Thunder needed Dunkley to add to her two sixes but when she lost her leg stump to Gunn for 29 in the 12th over to leave her side 70 for five in the 12th over, their best chance of posting a competitive total seemed to have gone, although a lively partnership between Alex Hartley and Natalie Brown added 25 for the last wicket before the latter was run out off the penultimate ball of the 20th over.

The experienced Nottingham-born Gunn finished with three for 14 in front of her home crowd, while Gardner claimed her maiden KSL wicket when Ria Fackrell was stumped by Jones.

It was Jones who then set the pace for the Lightning chase, hitting 23 off as many balls as the Loughborough side kept exactly in tune with what was required by taking 39 without loss in the powerplay.

Thunder made a breakthrough in the 10th over, breaking the Jones-Atapattu partnership when offspinner Emma Lamb held a low return catch to dismiss the Sri Lankan for 26, but new batter Adams swept her first two balls for four and six as Lightning moved to 73 for one at the halfway stage.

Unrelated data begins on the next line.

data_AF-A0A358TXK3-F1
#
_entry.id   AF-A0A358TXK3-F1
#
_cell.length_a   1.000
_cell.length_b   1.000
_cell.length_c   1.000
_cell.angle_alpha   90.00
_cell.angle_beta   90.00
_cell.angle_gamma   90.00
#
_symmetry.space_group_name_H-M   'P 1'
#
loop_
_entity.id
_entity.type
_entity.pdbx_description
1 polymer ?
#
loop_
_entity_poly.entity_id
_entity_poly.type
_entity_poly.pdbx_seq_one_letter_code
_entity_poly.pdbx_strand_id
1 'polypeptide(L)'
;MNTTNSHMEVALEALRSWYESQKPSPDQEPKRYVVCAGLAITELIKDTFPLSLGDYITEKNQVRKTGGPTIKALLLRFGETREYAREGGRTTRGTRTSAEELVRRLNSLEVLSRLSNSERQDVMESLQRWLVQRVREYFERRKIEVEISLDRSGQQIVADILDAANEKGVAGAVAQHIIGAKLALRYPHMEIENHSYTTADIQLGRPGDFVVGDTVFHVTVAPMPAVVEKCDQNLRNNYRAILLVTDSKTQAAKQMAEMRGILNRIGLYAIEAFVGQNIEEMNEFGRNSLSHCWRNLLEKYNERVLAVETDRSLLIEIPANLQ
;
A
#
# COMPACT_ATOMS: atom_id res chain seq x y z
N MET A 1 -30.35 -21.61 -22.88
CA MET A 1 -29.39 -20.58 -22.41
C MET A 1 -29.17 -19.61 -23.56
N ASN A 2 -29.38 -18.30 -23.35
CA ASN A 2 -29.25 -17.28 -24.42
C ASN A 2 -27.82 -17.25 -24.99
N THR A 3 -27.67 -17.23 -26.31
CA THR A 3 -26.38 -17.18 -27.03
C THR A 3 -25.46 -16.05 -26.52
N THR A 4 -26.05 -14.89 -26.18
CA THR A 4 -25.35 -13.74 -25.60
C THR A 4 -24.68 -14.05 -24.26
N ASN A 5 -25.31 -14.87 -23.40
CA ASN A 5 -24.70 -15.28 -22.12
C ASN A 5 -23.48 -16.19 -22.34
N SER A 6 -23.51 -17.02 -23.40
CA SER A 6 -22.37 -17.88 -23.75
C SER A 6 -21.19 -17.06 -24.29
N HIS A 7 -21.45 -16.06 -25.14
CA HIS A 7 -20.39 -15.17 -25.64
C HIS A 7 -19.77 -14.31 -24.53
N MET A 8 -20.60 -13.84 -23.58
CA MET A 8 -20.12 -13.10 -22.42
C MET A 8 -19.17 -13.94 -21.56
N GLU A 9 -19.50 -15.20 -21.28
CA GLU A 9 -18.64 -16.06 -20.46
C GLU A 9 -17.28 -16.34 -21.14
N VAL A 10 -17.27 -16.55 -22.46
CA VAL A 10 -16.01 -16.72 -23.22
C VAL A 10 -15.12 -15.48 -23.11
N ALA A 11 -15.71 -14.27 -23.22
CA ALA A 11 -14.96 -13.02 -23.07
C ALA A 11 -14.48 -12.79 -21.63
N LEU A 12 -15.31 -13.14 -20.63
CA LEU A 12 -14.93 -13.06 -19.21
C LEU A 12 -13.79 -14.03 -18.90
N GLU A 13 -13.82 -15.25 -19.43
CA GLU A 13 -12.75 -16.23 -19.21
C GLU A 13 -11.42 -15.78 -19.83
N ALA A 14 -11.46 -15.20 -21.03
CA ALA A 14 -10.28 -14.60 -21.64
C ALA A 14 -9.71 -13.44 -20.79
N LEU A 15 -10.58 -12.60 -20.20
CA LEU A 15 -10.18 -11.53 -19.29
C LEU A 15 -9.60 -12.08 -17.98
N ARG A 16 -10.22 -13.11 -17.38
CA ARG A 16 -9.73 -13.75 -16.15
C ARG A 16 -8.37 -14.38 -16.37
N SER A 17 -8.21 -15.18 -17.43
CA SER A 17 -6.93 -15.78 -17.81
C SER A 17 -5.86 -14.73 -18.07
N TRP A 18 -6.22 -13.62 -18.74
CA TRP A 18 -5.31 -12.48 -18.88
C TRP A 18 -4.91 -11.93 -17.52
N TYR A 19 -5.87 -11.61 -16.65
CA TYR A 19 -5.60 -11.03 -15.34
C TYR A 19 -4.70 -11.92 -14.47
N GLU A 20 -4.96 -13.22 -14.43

Adams was caught at deep midwicket in the next over as Hartley and Brown put a temporary brake on the scoring but Jones then profited from sweeping Lamb before completing a 44-ball half century in the 14th over with Lightning needing only 25 from 38 balls.

Jones finished the match in style, lofting Hartley over long-on for six off the first ball of the 17th over.



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Somerset part company with chief executive Andrew Cornish

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Somerset are understood to have parted company with their chief executive, Andrew Cornish.

Despite an apparently successful season – Somerset retain hopes of completing a treble and have sold out every one of their home T20 Blast games – the club are concerned about a projected shortfall against their upbeat financial predictions.

At the start of the year, the club anticipated profits of £600,000 (before interest, tax, depreciation and amortization). In recent weeks, however, that has been downgraded to the extent that they may struggle to break even.